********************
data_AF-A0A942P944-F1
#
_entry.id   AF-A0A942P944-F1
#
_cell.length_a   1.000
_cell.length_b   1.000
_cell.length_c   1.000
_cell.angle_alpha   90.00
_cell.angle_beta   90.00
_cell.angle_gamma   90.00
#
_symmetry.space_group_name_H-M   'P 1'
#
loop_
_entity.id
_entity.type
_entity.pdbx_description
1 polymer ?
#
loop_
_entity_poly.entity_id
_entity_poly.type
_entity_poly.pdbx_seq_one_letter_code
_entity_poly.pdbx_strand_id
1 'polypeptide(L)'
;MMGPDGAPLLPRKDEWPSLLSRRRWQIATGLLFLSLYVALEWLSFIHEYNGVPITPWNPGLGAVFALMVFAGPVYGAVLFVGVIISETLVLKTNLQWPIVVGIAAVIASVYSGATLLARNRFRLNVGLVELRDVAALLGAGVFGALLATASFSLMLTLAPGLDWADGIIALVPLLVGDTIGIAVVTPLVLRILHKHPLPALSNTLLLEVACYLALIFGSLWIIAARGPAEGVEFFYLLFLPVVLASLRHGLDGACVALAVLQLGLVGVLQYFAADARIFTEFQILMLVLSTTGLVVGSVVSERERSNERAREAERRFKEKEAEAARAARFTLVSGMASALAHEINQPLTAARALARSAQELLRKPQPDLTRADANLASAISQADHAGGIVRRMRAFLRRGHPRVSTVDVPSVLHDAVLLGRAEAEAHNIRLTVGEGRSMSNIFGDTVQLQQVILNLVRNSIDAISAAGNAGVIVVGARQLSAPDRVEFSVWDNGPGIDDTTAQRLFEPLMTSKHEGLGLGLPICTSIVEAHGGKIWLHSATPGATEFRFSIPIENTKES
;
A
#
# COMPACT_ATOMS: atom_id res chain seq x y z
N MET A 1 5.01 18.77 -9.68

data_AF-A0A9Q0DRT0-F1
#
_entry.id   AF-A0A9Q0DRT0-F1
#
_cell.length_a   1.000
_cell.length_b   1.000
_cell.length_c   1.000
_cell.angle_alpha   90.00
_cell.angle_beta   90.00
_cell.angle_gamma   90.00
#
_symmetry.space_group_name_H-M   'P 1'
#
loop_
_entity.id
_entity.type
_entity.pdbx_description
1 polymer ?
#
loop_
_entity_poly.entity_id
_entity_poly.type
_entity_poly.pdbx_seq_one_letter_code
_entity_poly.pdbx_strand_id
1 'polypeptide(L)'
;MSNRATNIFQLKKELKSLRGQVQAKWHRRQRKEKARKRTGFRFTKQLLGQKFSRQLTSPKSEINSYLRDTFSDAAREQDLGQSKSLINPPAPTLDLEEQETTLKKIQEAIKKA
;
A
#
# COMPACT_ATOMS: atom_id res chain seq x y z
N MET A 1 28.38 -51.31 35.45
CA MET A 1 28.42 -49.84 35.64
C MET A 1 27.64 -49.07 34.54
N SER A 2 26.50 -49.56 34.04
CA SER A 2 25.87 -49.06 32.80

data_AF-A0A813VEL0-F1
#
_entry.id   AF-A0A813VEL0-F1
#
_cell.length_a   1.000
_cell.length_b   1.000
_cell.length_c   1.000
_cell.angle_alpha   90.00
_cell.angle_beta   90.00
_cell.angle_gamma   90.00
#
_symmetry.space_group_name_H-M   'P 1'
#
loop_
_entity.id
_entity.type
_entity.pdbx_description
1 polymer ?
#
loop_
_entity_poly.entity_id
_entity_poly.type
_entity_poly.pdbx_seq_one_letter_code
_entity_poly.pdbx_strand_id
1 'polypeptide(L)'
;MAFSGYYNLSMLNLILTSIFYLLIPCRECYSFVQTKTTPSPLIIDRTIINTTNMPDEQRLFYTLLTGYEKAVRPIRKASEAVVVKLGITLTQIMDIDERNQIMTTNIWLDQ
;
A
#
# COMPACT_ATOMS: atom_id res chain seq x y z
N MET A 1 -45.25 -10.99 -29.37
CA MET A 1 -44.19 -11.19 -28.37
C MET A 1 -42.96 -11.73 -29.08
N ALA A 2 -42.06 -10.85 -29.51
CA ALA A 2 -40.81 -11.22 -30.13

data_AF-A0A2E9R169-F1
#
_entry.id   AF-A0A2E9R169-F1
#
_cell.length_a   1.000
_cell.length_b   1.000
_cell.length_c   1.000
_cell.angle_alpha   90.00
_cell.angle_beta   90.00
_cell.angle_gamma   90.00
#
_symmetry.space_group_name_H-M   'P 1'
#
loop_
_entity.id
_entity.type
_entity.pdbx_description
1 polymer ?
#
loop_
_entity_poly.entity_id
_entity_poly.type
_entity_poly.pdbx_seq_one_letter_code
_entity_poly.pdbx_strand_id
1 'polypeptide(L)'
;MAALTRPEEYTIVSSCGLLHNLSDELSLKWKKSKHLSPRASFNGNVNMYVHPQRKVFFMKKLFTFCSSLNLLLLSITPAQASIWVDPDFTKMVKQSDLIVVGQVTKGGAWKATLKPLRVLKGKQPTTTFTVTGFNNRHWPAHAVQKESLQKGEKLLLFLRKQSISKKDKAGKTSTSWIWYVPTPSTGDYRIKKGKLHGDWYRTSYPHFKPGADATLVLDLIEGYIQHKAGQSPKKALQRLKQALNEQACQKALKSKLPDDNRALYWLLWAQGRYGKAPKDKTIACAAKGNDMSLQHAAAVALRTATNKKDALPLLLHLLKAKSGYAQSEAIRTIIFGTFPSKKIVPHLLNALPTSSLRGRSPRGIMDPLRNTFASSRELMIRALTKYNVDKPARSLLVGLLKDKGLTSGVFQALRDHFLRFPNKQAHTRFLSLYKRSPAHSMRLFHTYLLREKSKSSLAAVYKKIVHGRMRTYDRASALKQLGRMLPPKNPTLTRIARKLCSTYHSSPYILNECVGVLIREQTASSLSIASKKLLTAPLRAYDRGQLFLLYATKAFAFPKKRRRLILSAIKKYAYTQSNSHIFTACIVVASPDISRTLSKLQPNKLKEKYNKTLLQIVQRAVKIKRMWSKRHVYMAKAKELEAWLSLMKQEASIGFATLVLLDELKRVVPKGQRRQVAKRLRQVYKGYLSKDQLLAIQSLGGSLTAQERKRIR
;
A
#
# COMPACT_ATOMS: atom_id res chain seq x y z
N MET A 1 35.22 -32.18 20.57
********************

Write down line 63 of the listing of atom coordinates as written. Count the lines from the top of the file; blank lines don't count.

CA MET A 1 28.42 -49.84 35.64